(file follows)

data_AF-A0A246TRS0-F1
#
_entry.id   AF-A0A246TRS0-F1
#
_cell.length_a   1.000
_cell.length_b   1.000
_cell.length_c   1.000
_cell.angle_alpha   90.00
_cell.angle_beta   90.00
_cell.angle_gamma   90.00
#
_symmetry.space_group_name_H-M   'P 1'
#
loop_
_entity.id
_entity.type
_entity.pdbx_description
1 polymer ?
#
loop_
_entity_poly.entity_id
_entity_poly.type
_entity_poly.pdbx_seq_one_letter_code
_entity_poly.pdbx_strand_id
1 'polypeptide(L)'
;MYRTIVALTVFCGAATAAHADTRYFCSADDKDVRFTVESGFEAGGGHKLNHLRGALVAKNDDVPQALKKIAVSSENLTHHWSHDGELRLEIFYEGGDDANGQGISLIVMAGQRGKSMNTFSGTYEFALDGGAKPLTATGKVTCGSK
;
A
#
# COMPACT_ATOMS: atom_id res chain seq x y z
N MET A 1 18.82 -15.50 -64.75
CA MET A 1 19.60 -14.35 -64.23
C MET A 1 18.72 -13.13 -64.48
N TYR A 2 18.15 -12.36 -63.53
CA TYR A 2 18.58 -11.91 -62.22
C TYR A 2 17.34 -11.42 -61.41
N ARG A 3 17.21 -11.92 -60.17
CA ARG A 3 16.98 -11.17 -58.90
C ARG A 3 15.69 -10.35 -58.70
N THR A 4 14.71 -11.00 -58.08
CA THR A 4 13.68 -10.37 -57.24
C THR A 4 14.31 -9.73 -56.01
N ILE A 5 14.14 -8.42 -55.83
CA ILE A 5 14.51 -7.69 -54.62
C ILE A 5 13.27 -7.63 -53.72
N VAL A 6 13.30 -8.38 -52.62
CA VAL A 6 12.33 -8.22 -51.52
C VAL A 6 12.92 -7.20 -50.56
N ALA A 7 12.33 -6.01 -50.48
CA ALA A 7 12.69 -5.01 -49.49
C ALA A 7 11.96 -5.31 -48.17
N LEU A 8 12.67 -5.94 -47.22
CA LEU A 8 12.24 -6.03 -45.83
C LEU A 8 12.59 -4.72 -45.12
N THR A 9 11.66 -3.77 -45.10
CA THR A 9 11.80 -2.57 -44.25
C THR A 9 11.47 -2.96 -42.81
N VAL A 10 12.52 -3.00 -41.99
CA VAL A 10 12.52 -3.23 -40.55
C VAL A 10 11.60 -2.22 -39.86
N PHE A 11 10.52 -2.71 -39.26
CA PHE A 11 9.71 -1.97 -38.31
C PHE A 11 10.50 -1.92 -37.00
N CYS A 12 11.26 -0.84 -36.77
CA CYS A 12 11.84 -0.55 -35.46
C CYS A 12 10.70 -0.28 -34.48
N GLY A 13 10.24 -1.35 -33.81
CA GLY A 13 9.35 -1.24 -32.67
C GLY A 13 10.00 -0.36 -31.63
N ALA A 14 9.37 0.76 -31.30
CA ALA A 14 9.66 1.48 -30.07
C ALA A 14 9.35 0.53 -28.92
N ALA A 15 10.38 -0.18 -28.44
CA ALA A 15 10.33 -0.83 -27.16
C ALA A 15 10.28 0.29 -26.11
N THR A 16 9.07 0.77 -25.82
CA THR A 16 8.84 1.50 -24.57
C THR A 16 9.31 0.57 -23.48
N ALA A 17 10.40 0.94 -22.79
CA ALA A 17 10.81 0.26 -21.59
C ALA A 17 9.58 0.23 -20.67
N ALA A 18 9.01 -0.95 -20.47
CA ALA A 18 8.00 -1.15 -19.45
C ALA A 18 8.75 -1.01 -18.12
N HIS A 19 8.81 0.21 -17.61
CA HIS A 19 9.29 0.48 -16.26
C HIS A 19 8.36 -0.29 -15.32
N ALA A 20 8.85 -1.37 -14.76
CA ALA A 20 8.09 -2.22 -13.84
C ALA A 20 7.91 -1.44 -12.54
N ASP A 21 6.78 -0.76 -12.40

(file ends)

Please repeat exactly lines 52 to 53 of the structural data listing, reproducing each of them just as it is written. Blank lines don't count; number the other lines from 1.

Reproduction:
N LEU A 8 12.67 -5.94 -47.22
CA LEU A 8 12.24 -6.03 -45.83